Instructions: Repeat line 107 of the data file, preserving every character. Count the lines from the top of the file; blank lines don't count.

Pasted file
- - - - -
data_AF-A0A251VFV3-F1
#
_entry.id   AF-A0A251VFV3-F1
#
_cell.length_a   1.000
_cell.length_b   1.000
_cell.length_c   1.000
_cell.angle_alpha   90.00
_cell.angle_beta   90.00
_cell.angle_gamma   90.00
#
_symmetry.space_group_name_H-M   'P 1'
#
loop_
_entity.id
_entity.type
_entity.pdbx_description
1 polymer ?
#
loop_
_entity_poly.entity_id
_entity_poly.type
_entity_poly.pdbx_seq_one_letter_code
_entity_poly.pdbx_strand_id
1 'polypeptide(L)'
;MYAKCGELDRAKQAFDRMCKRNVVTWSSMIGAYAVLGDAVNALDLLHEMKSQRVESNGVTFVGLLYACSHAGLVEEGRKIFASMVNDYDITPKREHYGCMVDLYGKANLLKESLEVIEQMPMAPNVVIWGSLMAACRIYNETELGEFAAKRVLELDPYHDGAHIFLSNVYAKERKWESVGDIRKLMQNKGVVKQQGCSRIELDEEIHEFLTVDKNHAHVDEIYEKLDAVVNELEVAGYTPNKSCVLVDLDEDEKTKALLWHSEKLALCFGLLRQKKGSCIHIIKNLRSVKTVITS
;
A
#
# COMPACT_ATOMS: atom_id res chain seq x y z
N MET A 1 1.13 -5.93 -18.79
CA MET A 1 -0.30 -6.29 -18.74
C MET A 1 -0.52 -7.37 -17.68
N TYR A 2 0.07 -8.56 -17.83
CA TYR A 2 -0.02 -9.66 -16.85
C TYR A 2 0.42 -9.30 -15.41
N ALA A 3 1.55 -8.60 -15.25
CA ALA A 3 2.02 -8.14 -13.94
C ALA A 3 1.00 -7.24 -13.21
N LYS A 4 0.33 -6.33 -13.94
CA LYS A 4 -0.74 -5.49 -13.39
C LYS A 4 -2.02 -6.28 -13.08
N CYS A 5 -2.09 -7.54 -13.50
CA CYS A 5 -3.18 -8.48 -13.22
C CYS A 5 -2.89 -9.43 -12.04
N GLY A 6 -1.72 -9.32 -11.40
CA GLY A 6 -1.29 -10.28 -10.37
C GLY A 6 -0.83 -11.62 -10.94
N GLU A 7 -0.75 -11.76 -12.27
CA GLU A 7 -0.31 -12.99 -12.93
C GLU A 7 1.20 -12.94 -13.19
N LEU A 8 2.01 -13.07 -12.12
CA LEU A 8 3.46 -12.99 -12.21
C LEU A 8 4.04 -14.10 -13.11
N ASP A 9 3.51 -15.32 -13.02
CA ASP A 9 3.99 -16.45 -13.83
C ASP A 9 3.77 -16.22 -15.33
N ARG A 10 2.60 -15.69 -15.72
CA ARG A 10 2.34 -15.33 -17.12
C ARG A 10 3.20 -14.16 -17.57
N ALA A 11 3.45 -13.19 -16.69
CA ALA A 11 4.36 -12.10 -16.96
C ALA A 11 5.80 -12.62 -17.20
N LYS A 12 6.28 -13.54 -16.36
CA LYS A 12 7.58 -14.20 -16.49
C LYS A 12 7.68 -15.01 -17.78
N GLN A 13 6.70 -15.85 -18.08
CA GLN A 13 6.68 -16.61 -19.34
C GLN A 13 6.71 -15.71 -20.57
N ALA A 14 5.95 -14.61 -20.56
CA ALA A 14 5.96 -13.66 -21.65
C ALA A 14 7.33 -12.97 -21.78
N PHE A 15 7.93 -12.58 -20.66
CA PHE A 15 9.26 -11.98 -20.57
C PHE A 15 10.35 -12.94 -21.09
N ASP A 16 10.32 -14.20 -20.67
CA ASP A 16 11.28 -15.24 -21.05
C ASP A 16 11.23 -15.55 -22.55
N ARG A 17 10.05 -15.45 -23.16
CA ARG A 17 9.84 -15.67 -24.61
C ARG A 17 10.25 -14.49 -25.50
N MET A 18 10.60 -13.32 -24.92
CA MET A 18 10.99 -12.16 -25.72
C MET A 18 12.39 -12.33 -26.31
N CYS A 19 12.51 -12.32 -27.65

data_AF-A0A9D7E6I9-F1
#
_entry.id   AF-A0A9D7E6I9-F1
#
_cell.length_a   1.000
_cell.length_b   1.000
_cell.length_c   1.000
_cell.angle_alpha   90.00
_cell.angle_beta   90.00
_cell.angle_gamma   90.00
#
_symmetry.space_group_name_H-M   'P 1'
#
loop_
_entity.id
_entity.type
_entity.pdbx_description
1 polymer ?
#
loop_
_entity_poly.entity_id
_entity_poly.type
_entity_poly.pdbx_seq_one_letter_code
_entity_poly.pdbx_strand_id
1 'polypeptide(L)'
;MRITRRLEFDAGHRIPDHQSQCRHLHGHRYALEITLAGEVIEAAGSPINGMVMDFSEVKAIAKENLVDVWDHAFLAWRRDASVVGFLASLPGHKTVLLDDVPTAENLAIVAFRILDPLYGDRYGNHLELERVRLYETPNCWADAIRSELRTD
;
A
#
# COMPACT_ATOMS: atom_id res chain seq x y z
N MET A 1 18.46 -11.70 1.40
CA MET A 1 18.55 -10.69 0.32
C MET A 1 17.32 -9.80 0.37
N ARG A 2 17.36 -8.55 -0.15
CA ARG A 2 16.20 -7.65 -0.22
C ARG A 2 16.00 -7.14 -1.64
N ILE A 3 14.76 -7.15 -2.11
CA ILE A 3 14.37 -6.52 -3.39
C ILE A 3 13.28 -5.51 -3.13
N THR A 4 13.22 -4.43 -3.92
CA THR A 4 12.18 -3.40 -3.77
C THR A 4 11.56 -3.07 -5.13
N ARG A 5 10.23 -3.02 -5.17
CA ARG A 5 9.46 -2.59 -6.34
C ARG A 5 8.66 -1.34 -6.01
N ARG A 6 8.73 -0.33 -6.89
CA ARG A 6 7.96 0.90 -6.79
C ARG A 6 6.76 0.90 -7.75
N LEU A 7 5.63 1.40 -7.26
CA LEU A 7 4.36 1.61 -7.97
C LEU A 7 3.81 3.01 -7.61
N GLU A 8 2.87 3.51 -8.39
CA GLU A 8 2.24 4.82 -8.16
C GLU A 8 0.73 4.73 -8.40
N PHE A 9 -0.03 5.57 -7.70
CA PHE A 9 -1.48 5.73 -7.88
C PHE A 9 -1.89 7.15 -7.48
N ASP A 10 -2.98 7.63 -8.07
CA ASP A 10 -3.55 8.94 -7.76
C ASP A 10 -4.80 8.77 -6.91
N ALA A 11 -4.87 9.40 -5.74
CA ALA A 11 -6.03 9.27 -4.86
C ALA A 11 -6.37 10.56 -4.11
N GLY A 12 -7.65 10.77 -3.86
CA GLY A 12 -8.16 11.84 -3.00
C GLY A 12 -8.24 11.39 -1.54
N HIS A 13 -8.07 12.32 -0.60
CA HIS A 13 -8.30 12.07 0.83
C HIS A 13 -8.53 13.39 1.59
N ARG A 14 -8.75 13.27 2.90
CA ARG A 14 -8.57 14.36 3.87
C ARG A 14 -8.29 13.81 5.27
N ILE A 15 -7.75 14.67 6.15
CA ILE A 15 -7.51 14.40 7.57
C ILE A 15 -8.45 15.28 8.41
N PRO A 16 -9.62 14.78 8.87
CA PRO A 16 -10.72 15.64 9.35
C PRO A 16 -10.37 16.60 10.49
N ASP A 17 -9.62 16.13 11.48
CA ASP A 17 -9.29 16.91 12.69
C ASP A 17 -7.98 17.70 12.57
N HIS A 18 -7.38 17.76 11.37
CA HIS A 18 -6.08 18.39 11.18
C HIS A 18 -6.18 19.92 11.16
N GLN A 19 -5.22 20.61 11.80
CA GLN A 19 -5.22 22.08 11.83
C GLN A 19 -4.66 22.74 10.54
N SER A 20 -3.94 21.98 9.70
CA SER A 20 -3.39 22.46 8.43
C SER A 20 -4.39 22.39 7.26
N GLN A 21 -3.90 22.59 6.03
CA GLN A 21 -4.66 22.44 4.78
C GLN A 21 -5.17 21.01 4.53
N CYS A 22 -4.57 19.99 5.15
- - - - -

_entity_poly.type